Diversity groups not diverse
October 4, 2013
Narrow focus of diversity groups leads to less involvement
Nearly a quarter of students enrolled at Monmouth College are minorities or international students. The growing increase in minority and international students has played in role in the rise of cultural groups, such as UMOJA and Raices; both of which emerged on campus in the last three years. UMOJA—which means unity in Swahili—is an African-American advocacy group, and Raices is essentially the Spanish word for roots, and its mission is to promote Latino culture. Still there have been sentiments that these clubs do not bring people together but further segregate them.
“There are people who are flat out not open to the idea [of UMOJA] because it’s all black,” said UMOJA president, Raven Robinson. “We’ve been fighting that for so long and we still don’t know how to get over that, because that’s our mission and our purpose. I don’t want to change who we are to fit an ideal of what people think we should be.”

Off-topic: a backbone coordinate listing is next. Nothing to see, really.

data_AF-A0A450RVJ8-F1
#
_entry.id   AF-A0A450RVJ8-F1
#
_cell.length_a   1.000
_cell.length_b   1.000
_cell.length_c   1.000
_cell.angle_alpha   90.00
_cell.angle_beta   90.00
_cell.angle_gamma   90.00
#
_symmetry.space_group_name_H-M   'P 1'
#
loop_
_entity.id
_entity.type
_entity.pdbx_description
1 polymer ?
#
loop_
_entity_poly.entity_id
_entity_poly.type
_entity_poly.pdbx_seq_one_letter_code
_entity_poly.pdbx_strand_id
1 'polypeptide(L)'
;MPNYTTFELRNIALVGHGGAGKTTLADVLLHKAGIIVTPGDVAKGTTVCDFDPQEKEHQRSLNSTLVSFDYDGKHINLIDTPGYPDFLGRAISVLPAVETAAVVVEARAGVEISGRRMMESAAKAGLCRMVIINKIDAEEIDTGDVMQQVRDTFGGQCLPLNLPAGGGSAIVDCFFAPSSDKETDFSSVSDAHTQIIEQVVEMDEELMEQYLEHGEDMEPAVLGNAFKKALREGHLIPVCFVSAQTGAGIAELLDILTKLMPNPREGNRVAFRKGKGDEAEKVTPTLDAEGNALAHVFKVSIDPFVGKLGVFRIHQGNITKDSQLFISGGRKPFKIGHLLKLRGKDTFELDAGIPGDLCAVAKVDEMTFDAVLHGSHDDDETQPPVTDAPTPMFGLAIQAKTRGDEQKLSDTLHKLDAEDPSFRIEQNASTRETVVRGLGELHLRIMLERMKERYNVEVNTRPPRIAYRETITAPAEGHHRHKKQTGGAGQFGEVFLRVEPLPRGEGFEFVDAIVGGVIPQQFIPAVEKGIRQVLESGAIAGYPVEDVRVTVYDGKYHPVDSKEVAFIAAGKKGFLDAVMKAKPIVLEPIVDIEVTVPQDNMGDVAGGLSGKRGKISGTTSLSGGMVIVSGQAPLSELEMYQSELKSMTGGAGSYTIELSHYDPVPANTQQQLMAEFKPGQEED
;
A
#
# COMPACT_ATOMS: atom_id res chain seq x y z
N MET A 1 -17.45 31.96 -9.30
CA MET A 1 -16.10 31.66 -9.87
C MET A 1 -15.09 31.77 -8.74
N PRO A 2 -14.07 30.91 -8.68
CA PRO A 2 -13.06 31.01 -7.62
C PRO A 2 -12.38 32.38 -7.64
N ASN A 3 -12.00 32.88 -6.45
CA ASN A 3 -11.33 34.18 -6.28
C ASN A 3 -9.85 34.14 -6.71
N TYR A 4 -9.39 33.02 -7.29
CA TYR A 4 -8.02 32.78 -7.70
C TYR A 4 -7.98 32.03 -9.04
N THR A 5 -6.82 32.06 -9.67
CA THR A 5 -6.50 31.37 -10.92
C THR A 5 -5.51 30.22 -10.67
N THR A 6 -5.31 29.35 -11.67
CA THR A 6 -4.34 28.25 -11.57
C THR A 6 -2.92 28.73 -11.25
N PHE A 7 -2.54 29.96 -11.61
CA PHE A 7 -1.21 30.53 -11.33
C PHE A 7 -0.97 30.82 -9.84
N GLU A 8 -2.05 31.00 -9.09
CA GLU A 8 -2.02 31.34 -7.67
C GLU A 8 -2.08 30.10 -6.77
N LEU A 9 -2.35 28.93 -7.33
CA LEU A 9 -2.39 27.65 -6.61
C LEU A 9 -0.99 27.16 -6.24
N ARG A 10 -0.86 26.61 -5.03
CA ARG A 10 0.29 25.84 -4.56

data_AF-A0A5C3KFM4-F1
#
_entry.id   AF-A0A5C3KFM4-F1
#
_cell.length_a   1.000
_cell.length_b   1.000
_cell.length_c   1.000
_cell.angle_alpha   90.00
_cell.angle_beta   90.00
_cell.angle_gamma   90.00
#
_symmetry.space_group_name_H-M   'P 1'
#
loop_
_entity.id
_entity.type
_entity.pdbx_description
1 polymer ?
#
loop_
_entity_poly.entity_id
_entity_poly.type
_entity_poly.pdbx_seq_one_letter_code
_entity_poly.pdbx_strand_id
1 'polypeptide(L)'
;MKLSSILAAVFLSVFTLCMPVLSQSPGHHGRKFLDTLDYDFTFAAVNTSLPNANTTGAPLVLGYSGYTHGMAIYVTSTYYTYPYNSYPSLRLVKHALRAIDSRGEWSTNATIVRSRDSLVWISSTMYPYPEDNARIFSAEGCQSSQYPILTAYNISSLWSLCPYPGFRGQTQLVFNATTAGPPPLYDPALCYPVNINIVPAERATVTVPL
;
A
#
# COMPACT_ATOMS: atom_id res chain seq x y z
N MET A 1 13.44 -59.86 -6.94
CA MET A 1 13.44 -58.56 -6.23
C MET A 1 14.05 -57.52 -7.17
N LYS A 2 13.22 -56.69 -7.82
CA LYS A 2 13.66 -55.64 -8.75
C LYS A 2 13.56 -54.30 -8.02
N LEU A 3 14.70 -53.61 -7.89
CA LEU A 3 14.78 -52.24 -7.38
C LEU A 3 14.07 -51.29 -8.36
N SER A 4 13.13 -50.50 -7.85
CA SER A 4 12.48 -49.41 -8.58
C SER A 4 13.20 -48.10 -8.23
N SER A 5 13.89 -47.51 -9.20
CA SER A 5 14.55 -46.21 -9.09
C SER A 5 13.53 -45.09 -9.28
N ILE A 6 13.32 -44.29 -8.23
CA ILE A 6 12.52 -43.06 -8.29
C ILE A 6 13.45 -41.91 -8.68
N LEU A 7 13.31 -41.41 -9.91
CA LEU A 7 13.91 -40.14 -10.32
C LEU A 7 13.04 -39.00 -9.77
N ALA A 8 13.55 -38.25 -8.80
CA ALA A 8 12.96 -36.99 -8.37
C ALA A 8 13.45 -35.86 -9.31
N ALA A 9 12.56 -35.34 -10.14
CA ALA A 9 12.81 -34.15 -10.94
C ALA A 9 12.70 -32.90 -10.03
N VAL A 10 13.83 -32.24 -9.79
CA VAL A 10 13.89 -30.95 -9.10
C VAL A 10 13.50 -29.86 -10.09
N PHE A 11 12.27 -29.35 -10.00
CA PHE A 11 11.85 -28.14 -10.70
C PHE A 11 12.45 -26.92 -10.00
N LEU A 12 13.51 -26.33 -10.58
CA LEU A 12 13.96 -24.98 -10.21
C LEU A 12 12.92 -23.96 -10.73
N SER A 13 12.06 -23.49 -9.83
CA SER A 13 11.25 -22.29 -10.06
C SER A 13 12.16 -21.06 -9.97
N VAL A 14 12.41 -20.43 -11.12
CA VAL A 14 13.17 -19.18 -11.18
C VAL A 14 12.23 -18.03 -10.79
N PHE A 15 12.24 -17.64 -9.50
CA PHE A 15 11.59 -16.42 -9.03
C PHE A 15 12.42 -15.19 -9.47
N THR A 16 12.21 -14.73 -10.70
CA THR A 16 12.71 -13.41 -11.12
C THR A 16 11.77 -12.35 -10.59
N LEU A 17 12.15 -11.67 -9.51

While UMOJA looks to promote positive African-American culture on campus and Raices is rooted in Latino culture, both clubs express desire to outreach to all on campus. Raices’ mission statement reads, “Raices is an organization that is dedicated to reaching out to various groups by uniting those from a plethora of backgrounds in one cause…to increase awareness of our fellow brothers and sisters, to open our minds towards distinct ways of seeing one another and appreciating the various colors that each individual provides, to the collage of this and many other countries around the world.”
Still Robinson worries that non-black students are not coming to UMOJA meetings because they feel they do not belong. She hopes her group can dismiss that fear by emphasizing how the group talks about interracial topics or topics that do not revolve around race or ethnicity. “We’ve talked about what is beautiful and what’s ugly and that has nothing to do with race whatsoever,” said Robinson.
Cultural groups are not new to Monmouth. The Coalition for Ethnic Awareness was a group that promoted African-American awareness until it dissolved in 2011. There was a resurgence of interest in the dormant Coalition for Women’s Awareness last spring but is not believed to currently be an active organization. And Monmouth has had LGBTQIA advocacy groups under various names, the active one being Spectrum.
Whether or not the make-up of these groups can become more diverse remains to be seen, but since Monmouth’s student population is more diverse than it’s ever been, these groups are likely to grow.